Cheers! Hans

Six Newly Discovered Ancestors!

When I started doing genealogy 30 years ago, I started recording my pedigree on an “IBM Programming and Charting Worksheet”, a sheet of paper 11″ x 15½” in size, lined with half-inch squares. Back in the dinosaur days of programming, sheets like these were used to document programs using flowcharts. By 1990, that was already long considered an obsolete programming technique. But I still had a pad of these worksheets. And for the past 30 years, I’ve steadily maintained this chart.

Here’s the Dutch side of my pedigree. Over the past few years, I haven’t had much chance to update it. Generally, I had thought I had reached the limit of records available on-line for each ancestral line. However, over the past week, I’ve been able to add six previously undiscovered ancestors to my pedigree. Four are indicated in green on that picture. (There’s no room on that page for the other two.)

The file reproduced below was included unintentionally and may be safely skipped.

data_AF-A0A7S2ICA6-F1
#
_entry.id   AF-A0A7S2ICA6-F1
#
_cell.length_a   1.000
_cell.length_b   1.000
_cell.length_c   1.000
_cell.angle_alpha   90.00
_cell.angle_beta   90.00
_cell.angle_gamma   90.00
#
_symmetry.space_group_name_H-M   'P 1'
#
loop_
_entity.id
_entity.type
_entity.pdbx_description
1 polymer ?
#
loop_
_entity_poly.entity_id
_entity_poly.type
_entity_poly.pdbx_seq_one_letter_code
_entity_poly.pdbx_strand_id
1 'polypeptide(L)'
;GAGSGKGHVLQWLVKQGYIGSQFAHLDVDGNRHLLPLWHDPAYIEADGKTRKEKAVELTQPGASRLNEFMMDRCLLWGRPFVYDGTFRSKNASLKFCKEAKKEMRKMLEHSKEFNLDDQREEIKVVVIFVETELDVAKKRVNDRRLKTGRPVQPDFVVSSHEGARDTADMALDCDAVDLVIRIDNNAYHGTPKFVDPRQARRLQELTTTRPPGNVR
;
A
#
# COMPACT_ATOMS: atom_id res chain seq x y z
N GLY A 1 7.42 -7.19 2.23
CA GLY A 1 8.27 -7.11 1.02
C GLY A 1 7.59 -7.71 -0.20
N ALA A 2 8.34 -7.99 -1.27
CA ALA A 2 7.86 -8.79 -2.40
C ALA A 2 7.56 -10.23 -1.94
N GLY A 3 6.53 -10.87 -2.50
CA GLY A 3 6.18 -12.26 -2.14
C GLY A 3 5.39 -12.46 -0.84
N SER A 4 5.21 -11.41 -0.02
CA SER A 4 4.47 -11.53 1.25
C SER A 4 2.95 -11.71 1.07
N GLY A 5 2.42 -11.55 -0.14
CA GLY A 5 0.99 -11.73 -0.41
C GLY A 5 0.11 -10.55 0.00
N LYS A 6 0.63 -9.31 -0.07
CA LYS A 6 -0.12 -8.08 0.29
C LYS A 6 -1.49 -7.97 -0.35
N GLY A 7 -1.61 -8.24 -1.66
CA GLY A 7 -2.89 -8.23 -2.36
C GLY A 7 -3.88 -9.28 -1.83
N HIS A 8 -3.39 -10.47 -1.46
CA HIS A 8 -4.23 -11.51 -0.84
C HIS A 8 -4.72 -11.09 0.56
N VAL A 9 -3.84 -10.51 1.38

Lena van Hagen

So about a week ago, I thought I’d have another go at pushing back my ancestry, starting with my 4th great grandmother Lena van Hagen. I knew she lived in Nijkerk in the mid to late 1700’s. But I couldn’t find her baptism record. Using the usual arsenal of on-line tools (WieWasWie.nl, FamilySearch.org, and GeldersArchief.nl), I now decided on a different tack. I looked for marriage records in the early 1700’s for people named “van Hagen”. I came up with two marriages. The first, dated 1740, didn’t match. After marrying, that couple moved to Harderwijk and had a number of children, none of whom were named “Lena”.